Theory U: How to accompany students in the face of uncertainty?

Theory U: How to accompany students in the face of uncertainty?
Teams meeting with students.

Training future project managers requires group building and interpersonal skills more than any other course. But how can this be achieved remotely in an uncertain context? This is the challenge taken up by Desmond McGetrick, Professor of Organizational Development at SKEMA Business School, through the application of the principles of Theory U.

The evolution of COVID-related sanitary conditions these last months is a poignant reminder of the many uncertainties that students will have to face before and after graduation day. In this context, I wanted to share learnings from the experience I conducted in SKEMA Business School from 7 January-14 April 2021 with 140 students from a dozen nationalities. How to put in place a class preparing for decision-making and action in conditions of uncertainty, while the conditions of delivery of the course itself had to be adapted to sanitary conditions leading to delivery 100% online.

No need to keep the suspense alive: 52% of student responses qualified the experience as “Life Changing”, and 97% expressed the intention to put the learning into practice: hence, we have some evidence of the robust nature of the theory as it was taught.

The principles of Theory U

To act in an uncertain world, Theory U as articulated by Otto Scharmer invites a certain mindset and provides both a general framework and specific practices to build action confidence. Insofar as a key objective of the course under observation was to teach and practice Theory U, let us remind ourselves of some of its principles:

  • In a context of uncertainty, the answers of tomorrow are probably not the same as the answers of yesterday
  • In order to sense what would be the appropriate action, better to face the issue with an open mind, an open heart and an open will
  • Deep observation precedes reflection and decision-making, while sequences of prototyping enable the integration of feedback in order to refine or adjust action in a timely manner.

Amongst the principles of Theory U, there is the implementation of mechanisms to enable the group (or more widely the system) to sense and see itself. One of the originalities of this implementation in a Higher Education context in France was the following to:

To illustrate the point, here’s the video prepared by Justine Gallet on her experience of writing a letter to her future self:

The video prepared by Justine Gallet on her experience of writing a letter to her future self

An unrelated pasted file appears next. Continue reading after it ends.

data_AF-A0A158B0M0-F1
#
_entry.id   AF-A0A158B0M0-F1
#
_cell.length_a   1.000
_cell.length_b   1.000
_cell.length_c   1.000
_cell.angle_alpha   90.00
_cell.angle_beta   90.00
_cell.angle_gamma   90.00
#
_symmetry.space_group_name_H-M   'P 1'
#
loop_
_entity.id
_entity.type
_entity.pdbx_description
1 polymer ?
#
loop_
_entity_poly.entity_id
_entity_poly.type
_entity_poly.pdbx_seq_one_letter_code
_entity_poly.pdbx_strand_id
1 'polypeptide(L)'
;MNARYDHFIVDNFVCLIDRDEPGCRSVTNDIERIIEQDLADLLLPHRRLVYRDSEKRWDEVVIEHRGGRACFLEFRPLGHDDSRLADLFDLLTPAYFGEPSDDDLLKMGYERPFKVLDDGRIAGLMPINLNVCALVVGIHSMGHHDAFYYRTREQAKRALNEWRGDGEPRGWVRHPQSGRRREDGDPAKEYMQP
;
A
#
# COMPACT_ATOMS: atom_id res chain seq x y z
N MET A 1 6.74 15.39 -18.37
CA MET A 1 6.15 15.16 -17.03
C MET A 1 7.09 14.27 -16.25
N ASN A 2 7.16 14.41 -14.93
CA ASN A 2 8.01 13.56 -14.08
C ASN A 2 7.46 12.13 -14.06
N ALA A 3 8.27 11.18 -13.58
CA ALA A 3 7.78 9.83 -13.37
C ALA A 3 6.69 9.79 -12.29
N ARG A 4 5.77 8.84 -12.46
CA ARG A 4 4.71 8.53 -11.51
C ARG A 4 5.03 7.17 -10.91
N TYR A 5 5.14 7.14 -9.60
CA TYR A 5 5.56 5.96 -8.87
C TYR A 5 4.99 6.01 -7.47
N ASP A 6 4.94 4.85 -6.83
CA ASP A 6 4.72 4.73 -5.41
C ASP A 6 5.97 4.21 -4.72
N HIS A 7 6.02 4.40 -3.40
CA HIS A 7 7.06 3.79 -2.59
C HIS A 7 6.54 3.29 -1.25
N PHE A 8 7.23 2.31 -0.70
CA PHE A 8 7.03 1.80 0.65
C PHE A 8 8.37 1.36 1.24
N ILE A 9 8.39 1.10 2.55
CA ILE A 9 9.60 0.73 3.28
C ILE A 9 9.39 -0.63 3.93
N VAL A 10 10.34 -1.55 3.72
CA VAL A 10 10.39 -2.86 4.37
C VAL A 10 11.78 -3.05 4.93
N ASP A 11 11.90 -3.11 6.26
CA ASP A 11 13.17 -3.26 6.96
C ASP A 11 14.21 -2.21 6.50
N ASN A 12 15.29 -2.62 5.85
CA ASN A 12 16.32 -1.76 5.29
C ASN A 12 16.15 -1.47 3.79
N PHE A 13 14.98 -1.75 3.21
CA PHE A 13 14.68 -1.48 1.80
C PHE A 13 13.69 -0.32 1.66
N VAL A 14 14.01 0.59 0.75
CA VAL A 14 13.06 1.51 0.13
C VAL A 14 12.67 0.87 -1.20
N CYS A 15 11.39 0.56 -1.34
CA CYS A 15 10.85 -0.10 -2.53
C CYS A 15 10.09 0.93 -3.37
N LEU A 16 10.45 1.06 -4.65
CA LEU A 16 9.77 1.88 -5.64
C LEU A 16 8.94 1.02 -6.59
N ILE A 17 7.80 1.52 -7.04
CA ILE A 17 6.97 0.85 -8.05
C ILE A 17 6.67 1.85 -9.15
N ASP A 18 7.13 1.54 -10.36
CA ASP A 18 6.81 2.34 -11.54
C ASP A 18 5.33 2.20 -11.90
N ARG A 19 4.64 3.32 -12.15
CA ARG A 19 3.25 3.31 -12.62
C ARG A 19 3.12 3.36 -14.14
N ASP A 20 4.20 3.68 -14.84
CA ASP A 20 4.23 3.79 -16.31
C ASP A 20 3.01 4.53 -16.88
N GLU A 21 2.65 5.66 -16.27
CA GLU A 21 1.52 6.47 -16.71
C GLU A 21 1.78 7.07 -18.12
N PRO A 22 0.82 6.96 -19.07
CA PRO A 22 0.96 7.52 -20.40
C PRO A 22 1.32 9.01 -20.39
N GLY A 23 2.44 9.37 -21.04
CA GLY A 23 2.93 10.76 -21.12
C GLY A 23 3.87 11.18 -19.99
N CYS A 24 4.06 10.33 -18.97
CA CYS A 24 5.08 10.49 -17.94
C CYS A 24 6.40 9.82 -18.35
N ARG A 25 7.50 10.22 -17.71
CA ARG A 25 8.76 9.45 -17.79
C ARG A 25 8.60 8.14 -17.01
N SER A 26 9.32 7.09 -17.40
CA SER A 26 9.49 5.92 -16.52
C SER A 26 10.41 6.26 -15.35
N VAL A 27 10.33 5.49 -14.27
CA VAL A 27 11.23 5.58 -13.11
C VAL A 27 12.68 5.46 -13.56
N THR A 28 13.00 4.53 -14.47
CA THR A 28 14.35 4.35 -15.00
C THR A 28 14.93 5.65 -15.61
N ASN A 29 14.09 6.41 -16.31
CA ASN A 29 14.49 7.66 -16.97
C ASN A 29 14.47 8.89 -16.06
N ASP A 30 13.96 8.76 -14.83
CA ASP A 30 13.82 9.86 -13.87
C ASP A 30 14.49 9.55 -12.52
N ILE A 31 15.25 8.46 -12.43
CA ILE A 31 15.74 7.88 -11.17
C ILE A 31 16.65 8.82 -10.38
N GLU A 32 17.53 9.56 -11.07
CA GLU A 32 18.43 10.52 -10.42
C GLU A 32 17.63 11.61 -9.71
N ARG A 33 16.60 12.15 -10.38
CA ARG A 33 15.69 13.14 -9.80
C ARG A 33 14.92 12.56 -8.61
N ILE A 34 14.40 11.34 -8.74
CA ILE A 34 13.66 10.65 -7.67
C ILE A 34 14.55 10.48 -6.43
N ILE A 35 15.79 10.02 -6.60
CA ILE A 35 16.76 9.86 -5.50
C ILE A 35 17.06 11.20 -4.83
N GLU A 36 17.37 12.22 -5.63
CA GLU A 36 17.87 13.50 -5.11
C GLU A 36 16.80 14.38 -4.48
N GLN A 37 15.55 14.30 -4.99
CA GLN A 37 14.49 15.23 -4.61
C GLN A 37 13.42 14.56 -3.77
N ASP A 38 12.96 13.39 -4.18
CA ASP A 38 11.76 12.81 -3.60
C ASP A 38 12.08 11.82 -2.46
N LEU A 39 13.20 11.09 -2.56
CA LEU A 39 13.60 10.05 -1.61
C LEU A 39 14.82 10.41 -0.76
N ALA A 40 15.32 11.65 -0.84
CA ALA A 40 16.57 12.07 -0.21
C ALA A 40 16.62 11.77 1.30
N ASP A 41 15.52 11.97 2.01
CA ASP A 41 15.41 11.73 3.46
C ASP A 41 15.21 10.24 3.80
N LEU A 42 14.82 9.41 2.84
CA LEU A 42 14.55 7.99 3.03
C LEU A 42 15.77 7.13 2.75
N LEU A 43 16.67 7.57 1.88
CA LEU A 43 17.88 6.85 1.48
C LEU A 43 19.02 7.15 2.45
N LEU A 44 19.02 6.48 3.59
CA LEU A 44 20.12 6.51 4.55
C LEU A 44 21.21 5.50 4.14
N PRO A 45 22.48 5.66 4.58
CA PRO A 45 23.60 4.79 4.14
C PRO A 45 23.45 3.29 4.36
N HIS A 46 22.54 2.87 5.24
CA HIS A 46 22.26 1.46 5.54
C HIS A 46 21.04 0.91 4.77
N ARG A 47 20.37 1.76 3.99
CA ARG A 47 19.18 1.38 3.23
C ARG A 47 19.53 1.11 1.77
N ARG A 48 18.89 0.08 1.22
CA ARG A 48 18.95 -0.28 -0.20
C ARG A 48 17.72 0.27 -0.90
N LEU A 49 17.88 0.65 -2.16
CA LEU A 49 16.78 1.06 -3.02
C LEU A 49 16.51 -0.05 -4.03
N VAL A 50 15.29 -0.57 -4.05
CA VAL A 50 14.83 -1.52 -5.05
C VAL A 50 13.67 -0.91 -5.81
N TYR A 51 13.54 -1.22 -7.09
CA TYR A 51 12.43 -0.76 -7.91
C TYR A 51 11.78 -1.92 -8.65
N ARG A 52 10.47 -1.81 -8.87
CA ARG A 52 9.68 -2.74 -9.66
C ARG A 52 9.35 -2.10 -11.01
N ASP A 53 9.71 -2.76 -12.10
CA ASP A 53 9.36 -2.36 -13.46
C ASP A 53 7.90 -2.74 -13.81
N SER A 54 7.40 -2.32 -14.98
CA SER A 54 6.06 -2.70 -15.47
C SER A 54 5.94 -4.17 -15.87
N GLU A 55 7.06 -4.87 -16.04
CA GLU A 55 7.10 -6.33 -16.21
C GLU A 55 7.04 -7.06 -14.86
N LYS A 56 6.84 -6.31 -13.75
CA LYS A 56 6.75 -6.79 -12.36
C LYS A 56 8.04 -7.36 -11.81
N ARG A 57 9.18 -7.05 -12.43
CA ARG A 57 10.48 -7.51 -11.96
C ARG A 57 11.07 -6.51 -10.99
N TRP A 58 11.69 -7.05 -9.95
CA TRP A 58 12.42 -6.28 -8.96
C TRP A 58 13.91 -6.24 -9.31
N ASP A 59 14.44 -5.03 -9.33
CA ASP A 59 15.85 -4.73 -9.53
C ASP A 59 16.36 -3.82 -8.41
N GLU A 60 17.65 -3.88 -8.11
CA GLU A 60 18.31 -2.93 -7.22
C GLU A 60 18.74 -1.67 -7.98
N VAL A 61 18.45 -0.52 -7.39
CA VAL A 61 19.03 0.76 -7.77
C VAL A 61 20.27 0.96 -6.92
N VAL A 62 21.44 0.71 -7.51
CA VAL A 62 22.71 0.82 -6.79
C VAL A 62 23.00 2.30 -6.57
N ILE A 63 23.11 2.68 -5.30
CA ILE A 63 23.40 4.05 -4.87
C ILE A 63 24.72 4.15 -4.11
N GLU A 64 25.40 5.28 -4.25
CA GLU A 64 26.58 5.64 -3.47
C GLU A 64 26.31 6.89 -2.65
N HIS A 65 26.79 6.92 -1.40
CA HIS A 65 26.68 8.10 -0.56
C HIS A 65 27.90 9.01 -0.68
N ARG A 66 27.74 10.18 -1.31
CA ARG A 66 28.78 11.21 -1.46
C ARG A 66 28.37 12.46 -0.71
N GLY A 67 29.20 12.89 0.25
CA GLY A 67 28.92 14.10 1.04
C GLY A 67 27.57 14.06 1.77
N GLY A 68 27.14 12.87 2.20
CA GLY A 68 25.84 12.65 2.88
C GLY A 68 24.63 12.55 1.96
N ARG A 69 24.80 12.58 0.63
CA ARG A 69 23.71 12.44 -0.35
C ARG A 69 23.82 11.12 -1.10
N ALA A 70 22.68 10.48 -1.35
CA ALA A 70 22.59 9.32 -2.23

A second originality of this implementation consisted of an invitation to students to employ one of two practices from Theory U, either “stakeholder interviews” or “learning journeys”, to undertake team-based study of a theme related to the topic of the course (called “Organizational Development”), the results of which were later presented to classmates. The practice of these techniques, which emphasize respectively active listening and the observation of a system as it functions enable the students both to internalize the practices and to extend their learning of a topic area, completed by seeing what other students retained from the practice and learning from their chosen topic.

Read also: How to cultivate action confidence in an uncertain world?

A final, apparently innocent specificity manifested itself in the strong encouragement of students to join class with their cameras on, and moreover to participate with authenticity. Amongst feedback, we find this approach enable students to “see each other” despite restrictions from meeting, as illustrated with comments like the following: “It’s only in this class that we get to see each other.” Furthermore, we can state that a relationship was established, as illustrated here: “It was in this class that we met. For next semester, we have decided to share a flat together during our study abroad.”

From this experience, we can draw the following conclusions:

  • Firstly, Theory U functioned well in a context of Higher Education in France and demonstrated a form of resilience in a context of uncertainty link to the evolution of sanitary conditions (COVID).
  • The originalities of this implementation also functioned well, that is:
    • The preparation by students of reflective videos on their experience of practices addressed in class. Semi-autonomous research by students, guided by Theory-U practices
    • The fact that students agreed to turn on their cameras helped to build relationships between them, despite the cancellation of classes on site.

Given the positive feedback on the use of Theory U for a semester, it would be interesting to implement it for a complete program. By lengthening the duration, and by broaden the list of stakeholders involved, expression of change could be confirmed in acts and their impact measured.

Desmond McGetrickProfessor of Organizational Development, SKEMA Business School

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